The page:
I know how to play. I know I can get up there because I did. I got to 26, 27, something like that. It's not unbelievable, but it's a pretty good effort. I think, you know, it's just a case of trying to find it again. You know, you've just got to get yourself out there and back yourself.
I probably haven't really been doing that much the last couple months, and sort of not playing as aggressive as I should be and doubting what I've been doing, not really committing to what I need to do.
I guess it happens sometimes. I'm sure it happens to everyone at some point in their career. Again, you know, in the basis of a 10-, 15-year career, it's only six months of tennis. There's a lot more tennis left in my career, I hope.
It's just something you've got to fight through and try and come out a better player from.

Q. Presumably with your family you're able to talk to Andy or able to talk to your mum. What kind of advice have they been giving?
JAMIE MURRAY: Obviously my brother wants me to do very well, and I guess it's not fun for him to see me losing most weeks. But I speak to my mum a bit. Again, they're not around -- my mum is not around all the time. People get the wrong impression sometimes, because at Wimbledon or Queen's and stuff she's always on the TV so people think she's there. But 90% of the time she's not there and I'm with my coach.
You know, I talk to him about things, and, you know, I think I understand what I need to do and how I need to get there. But I just -- you know, it's just a case of going out and putting yourself on the line in matches and going 100% at it and not holding back.
You know, maybe you don't play as well as you would like, but at least you're doing the right things, and one day it's going to click for you and then things will be back to normal and you'll start getting wins on the board and confidence and whatever.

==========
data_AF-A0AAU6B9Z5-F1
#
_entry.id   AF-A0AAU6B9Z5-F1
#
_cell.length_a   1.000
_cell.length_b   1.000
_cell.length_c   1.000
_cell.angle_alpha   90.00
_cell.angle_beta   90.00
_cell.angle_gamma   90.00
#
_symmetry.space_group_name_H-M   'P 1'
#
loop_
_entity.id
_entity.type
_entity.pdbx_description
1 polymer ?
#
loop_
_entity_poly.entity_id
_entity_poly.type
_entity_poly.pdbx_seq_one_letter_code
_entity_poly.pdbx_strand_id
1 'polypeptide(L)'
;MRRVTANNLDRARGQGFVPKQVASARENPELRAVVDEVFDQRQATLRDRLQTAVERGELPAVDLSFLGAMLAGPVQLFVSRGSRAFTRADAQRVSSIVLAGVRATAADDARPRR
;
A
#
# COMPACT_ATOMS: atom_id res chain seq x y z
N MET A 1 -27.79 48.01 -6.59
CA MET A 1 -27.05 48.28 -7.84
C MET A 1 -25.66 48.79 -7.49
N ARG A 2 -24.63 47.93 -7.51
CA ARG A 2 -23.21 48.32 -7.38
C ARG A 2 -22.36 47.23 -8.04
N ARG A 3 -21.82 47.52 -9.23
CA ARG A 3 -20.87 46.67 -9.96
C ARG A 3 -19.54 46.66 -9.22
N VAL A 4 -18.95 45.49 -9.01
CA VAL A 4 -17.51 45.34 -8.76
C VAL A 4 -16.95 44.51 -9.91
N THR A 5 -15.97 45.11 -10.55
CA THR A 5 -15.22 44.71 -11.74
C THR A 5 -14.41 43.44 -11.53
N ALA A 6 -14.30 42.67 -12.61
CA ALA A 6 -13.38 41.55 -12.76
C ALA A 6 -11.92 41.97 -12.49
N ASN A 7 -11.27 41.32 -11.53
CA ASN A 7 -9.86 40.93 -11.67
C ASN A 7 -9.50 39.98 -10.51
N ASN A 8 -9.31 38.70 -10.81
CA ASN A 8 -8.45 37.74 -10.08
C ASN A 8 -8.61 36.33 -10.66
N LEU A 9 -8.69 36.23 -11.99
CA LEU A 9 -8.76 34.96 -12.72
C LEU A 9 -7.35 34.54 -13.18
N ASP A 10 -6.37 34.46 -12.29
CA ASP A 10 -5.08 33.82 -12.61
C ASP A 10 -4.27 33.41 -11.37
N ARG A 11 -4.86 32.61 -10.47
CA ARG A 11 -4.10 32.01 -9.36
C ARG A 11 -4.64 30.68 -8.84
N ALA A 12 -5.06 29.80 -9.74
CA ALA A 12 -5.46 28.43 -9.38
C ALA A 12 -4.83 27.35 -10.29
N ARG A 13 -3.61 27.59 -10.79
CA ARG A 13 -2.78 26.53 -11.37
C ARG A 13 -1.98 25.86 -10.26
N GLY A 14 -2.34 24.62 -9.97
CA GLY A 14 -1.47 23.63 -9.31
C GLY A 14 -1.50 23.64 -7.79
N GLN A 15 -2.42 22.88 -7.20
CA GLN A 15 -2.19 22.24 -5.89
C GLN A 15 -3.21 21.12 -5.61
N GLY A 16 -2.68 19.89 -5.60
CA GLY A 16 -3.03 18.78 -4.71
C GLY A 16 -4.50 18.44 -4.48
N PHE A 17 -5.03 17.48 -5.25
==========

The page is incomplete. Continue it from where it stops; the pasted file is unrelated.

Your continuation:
But I think if the way I played sort of the last couple months is not going to get me get back to where I want with my tennis. I'm not interested about the ranking right now but more just sort of getting my performance back and my sort of state of mind when I'm on the match courts.

Q. In that concert, how important is the mixed doubles here?
JAMIE MURRAY: It's big, because it gives me the chance to get out there and play in front of the crowds and put myself out there and try and win some matches and feel good about my game.
You know, today probably wasn't the best match I've ever played, but we fought hard as a team. In the end we got through, and I look forward to the next round.

Q. Here it is a great lift, isn't it, the crowd?
JAMIE MURRAY: I don't know if you watched the match, but the crowd out there was a joke how good it was. So much noise, such a great atmosphere, and it was inspiring to play in. That's what it should be like for British players when they're here.
It was great at the end when we left, and we got a big ovation and big cheers. Still, it's 9:30 at night and people were still there to watch us come out and play. It was an exciting match, and I hope they enjoyed it.

Q. Is your relationship with Jonathan going to be long-term?
JAMIE MURRAY: No, no. He's playing with somebody else after Wimbledon. It was only just going to be for the grass season. Yeah.